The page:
The Low Down On Dirt
“Tryon Creek’s Most Precious Resource”
By Bruce Rottink, Volunteer Nature Guide & Retired Research Forester
People come to Tryon Creek State Natural Area to see the beautiful trilliums, the colorful pileated woodpeckers and the towering Douglas-fir. Yet I’ve never met anyone who said they came to see Tryon Creek’s most precious resource – the dirt!
Dirt, it seems, is treated like, well, dirt!
Even using the fancy name “soil” doesn’t seem to help. But the truth is that if there were no dirt, there would be no trilliums, no woodpeckers, no Douglas-fir, and no human beings either.
What’s so special about soil?
Tryon Creek’s dirt performs many vital functions. These functions include:
storing water for plant use between rainfalls
supplying vital nutrients like phosphorous, iron, and nitrogen to the plants
serving as an anchoring place for the trees and other plants of the forest
Still not convinced?
One of the reasons we don’t really appreciate dirt is that, unlike pileated woodpeckers and trilliums, dirt seems to be literally everywhere. When we look at the ground, it’s easy to imagine that the dirt continues on down below the surface almost forever. Nothing could be further from the truth!
As far as the plants are concerned, Tryon Creek SNA, and much of the area surrounding the park, has only 2 to 3 feet of useable soil (just imagine, we’d only be about waist deep in dirt if we sunk into the soil). The reason is that at that depth, there is a nearly impenetrable layer called the fragipan. The fragipan here at Tryon Creek is a dense clay layer that neither water, plant roots nor even air can easily penetrate. It’s as if we started with a shopping mall’s paved parking lot, spread a couple of feet of dirt on top of it, and decided to grow a forest there!
A Closer Look
Every now and then, nature gives us a great opportunity to see how this thin layer of dirt supports the forest. Last September, a bigleaf maple (Acer macrophyllum) tree at the edge of Tryon Creek’s main parking lot blew down. When the maple blew down, its roots pulled up the entire layer of soil that sat on top of the fragipan. It looks like a pancake standing on edge, as you can see in the first photo. This pancake of soil is only 24-1/2 inches thick.
You can easily see in the next photo how impermeable the fragipan layer is by the fact that 3 days after the storm there is still a pool of water sitting on top of the fragipan. The water has not soaked in. Notice also that no roots are sticking out of the bottom of the soil pancake.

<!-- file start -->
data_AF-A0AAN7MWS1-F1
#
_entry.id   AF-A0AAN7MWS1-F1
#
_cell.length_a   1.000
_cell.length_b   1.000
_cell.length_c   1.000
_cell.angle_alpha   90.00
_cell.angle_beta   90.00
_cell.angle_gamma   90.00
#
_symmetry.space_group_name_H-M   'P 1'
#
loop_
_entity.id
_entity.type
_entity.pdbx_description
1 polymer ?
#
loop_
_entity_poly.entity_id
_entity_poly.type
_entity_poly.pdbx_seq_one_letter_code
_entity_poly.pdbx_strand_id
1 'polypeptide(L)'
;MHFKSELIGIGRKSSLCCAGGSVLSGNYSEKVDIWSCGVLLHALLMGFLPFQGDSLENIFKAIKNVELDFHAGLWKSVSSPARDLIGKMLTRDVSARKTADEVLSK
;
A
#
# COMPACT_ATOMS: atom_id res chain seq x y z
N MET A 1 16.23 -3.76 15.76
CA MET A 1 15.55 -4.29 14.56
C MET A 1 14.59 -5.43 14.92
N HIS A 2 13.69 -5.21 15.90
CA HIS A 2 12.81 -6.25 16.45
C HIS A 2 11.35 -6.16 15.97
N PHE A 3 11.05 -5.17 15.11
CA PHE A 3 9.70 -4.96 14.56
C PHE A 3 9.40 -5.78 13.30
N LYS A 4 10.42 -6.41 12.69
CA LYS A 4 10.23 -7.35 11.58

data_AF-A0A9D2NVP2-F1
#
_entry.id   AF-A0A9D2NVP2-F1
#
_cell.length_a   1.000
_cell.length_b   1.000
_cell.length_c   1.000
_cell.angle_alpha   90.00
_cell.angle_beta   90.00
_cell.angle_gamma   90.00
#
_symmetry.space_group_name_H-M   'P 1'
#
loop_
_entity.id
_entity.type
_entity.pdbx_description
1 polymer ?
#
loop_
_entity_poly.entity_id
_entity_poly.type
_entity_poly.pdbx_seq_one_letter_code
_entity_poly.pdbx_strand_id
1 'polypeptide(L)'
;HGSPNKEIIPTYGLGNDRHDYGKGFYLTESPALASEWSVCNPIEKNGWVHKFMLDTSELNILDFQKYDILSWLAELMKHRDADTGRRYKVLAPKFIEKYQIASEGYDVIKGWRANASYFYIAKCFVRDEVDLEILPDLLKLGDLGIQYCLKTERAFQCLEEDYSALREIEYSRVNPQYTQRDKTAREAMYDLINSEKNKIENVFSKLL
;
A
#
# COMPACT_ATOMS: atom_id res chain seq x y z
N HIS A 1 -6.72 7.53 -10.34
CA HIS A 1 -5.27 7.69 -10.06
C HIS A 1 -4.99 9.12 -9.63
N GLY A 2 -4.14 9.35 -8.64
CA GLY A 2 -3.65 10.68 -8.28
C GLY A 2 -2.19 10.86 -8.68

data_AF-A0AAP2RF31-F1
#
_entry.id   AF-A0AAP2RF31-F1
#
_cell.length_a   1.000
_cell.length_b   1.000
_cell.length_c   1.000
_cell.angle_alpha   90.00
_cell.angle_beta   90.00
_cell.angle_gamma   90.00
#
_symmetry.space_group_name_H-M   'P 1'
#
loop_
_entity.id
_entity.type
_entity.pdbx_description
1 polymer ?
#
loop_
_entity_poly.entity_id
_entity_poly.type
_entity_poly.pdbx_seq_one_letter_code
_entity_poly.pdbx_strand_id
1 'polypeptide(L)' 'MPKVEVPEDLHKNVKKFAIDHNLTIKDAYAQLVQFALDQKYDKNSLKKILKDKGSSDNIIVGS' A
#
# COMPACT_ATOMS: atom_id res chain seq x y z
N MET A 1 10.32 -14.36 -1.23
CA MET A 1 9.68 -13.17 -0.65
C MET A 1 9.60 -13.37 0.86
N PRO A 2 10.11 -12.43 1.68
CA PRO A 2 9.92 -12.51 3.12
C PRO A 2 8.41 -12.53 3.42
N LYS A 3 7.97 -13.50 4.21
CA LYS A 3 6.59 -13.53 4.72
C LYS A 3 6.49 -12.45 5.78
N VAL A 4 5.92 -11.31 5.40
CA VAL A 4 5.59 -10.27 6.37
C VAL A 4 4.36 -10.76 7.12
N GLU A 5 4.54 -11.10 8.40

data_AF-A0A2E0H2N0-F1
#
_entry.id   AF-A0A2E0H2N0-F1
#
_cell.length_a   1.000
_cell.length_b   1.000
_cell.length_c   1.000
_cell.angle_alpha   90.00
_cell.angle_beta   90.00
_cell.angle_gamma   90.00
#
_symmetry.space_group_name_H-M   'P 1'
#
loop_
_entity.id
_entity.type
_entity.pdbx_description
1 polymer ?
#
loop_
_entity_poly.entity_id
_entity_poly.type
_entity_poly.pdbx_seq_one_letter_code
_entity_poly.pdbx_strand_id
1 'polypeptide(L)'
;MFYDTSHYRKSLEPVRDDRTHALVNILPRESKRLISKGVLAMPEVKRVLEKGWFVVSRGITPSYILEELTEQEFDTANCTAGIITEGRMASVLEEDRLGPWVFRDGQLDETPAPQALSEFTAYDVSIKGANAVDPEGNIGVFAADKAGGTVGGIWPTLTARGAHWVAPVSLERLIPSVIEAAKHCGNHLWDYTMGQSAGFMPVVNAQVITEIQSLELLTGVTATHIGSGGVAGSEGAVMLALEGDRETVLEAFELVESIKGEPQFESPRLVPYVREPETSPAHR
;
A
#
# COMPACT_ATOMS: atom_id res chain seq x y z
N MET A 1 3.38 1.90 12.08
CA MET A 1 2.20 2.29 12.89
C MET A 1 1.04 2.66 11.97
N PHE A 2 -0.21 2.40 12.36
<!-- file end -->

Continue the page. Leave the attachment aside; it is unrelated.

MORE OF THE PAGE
Looking directly at the bottom of the soil pancake that the roots lifted up, it is easy to see how the roots were growing. As you would expect, the roots grew down into the ground until they hit the fragipan layer. Then, they turned sidewise and grew horizontally just on top of the fragipan layer. You can see the horizontally growing roots in the photo below (taken 6 months later when rain had rinsed off the roots).
The fragipan layer has a very high clay content, which is why it is so impermeable. Looking at a piece of the fragipan, you can see it is mottled, or has spots of different colors, often indicating the state of iron in the soil. The red color is oxidized iron (“rust”) while the gray is an area of non-oxidized (“reduced”) iron. The gray color is an indication of extreme oxygen deficiency in the soil. This mottling is typical, and diagnostic, of soils which are saturated for long periods, and thus contain little or no oxygen.
The soils at Tryon Creek SNA go beyond just mottling, and in fact contain numerous very dark to black iron-manganese nodules, as seen below. These nodules are extremely hard, and are another clear indicator of soils which are wet for extended periods of time.
Fragipan always wins
Every tree that has been blown down in the park reveals how thin the layer of useable soil is. While Tryon Creek’s trees may start life by having a taproot, it doesn’t last for long. The fragipan sees to that. As a result of these shallow root systems, the trees at Tryon Creek and nearby areas, depend upon the neighboring trees to protect them from high winds. This mutual aid process works well until some of the trees are removed, leaving the remaining trees, especially on the edge of the cut area, vulnerable to strong winds. Thus, cutting out a cluster of trees to build a house in the middle of a forest leaves the trees immediately surrounding the house extra vulnerable to being blown down.
Heart & Soil
As thin as the soil layer may be, it is essential to life as we know it. The next time you’re out hiking at Tryon Creek on a wet day, at the end of the hike pause for just a moment and give thanks for that stuff you have to scrape off your shoes. It’s the most important part of the park!